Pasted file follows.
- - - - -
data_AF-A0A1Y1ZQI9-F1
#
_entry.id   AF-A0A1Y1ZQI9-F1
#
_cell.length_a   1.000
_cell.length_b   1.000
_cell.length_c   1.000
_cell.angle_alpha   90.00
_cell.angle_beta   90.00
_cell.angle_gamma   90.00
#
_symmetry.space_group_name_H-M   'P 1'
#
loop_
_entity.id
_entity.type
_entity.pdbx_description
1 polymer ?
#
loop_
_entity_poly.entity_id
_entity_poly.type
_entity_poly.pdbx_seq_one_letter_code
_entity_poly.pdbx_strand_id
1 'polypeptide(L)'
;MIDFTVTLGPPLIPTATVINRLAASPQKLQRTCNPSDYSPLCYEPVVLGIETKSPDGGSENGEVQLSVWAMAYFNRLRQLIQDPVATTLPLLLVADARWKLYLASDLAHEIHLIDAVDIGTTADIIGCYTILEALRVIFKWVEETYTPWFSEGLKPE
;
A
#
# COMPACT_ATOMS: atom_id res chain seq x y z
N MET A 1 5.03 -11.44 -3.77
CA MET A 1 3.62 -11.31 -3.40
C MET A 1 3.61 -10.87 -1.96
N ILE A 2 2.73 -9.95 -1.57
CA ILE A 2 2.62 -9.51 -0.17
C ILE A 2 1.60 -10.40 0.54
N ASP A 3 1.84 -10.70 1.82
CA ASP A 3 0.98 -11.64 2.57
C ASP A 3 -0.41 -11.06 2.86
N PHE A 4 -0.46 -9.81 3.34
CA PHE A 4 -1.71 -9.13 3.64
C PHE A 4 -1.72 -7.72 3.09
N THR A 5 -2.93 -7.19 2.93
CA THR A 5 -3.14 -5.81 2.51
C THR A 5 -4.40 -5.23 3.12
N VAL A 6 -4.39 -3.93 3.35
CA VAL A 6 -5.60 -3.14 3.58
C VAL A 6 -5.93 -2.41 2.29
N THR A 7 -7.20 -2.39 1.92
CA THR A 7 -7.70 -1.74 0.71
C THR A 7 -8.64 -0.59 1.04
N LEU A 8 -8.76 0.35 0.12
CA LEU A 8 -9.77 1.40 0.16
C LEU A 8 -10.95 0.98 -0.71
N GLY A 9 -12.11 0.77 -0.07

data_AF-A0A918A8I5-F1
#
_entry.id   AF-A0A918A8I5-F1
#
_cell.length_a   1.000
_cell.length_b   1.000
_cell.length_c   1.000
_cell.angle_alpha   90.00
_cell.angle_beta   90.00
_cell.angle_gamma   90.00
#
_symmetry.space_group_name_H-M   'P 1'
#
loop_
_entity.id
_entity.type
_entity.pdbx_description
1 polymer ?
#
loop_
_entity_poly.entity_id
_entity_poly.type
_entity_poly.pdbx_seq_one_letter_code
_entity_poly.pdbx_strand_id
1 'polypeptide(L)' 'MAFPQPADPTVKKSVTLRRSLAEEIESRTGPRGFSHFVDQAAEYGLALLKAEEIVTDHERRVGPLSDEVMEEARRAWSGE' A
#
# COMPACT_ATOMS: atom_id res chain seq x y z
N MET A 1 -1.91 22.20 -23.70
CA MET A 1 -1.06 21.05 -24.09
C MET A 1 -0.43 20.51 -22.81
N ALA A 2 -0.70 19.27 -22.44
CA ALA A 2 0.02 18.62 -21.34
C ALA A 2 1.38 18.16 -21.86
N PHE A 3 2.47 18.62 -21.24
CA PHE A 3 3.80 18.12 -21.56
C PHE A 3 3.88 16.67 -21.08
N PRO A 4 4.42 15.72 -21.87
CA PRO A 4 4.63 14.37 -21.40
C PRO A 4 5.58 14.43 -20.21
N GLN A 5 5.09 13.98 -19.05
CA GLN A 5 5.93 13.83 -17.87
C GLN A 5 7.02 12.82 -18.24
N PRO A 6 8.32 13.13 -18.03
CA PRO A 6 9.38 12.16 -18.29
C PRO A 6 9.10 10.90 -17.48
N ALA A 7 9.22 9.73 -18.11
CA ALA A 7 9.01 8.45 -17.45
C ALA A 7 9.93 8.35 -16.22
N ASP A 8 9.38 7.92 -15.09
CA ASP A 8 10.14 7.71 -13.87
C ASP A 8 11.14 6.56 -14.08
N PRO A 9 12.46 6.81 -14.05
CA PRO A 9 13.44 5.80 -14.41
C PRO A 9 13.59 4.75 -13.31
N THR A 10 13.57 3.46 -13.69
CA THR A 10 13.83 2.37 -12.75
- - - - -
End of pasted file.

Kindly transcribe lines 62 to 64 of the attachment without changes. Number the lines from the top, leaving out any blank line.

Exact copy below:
_cell.length_c   1.000
_cell.angle_alpha   90.00
_cell.angle_beta   90.00